Sri Lankan President Maithripala Sirisena recently addressed the United Nations General Assembly, appealing to the international powers to back his crisis-ridden government, while denouncing those demanding democratic and social rights at home as “extremists.”
Sirisena’s and Prime Minister Ranil Wickremesinghe’s government, now two-and-a-half years old, faces growing opposition from workers, youth and the rural poor, as well as from Tamil people whose living conditions have been devastated by the three-decade communal war in the country’s north and east. While Sirisena was addressing the UN, power workers were on strike and students and doctors were holding protests against the privatisation of education in Colombo.
Sirisena’s self-serving speech on September 19 boasted about democratic rights and reform measures to alleviate poverty. He pompously claimed to be an example in the international arena of “a leader who has shed power while holding office… [and] removing groups who use autocratic governance.”
Under his rule, Sirisena said, the country had “succeeded in our journey of re-establishing and restoring the freedom of the people, protecting human rights and nurturing fundamental rights.” He also claimed that, following the defeat of the Liberation Tigers of Tamil Eelam (LTTE), Sri Lanka had “succeeded in initiating peace, establishing democracy and taking our country forward as a peaceful and free nation.”
These are blatant lies.
Sirisena came to office in the January 2015 presidential election, following a behind-the-scenes operation sponsored by the US. While the regime-change campaign exploited popular opposition to the autocratic rule of former President Mahinda Rajapakse, Sirisena’s claims to have “shed” presidential powers are bogus. In reality, he retains almost all the executive powers enjoyed by his predecessor.
Sirisena has broken one of his main election promises—to abolish the executive presidential system—and instead introduced a constitutional amendment. The amendment limits the number of presidential terms to two and establishes a constitutional council and independent commissions to appoint top government official and judiciary, thus preserving the executive powers.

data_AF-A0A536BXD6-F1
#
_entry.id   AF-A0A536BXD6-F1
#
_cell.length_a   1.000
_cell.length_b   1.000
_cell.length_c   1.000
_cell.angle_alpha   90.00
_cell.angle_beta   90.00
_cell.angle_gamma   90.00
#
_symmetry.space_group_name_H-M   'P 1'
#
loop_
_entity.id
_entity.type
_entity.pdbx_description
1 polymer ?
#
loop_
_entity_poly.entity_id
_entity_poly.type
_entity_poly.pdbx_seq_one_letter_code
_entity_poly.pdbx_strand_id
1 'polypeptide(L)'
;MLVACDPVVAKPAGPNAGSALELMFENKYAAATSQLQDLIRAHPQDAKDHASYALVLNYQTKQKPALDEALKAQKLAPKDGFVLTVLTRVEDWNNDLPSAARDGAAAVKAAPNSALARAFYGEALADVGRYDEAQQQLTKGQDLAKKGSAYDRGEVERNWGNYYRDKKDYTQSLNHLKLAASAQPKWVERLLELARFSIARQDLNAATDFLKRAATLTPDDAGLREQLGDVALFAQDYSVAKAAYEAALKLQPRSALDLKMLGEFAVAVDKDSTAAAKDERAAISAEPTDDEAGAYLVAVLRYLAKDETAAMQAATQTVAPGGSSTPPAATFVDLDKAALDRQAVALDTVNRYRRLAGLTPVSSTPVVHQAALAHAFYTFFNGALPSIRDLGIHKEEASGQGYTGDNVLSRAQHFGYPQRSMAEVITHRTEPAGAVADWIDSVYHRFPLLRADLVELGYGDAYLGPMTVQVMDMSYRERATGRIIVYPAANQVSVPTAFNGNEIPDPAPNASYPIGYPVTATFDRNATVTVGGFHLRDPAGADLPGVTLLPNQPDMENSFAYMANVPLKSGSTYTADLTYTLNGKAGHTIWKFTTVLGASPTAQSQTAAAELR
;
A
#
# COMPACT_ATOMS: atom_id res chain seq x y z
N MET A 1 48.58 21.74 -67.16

The president, in fact, is using these powers. In July, he imposed an essential services order and deployed the army to crush the oil workers’ strike and this month he prepared similar measures against striking power workers. Early this year, Sirisena issued an essential services order against people protesting environmental pollution.
The US and other major powers, via the UN Human Rights Council (UNHRC), used the human rights violations and war crimes committed during the war against the LTTE to pressure Rajapakse to distance his government from China. The US backed the war but opposed Rajapakse’s close economic relations with Beijing and wanted Sri Lanka brought into line with Washington’s war preparations against China.
After Sirisena suspended major Chinese-financed projects and showed his allegiance to Washington and its ally India, the political pressure was relaxed. Previous UNHRC demands for an international war crimes investigation were dropped and Colombo’s proposal for a local judicial investigation was endorsed in October 2015.
After two years of delay, Colombo only recently established an “Office of Missing Persons.” Sirisena and Wickremesinghe have publicly declared, however, that it will not investigate any previous disappearances. They have insisted that no war crimes were committed in Sri Lanka and said they would not allow any international charges to be laid against military or government officials.
Sirisena cynically told the UN General Assembly that his administration was “firmly committed to strengthening national reconciliation” and to “build a society where everyone is able to live with freedom and dignity as equal citizens.”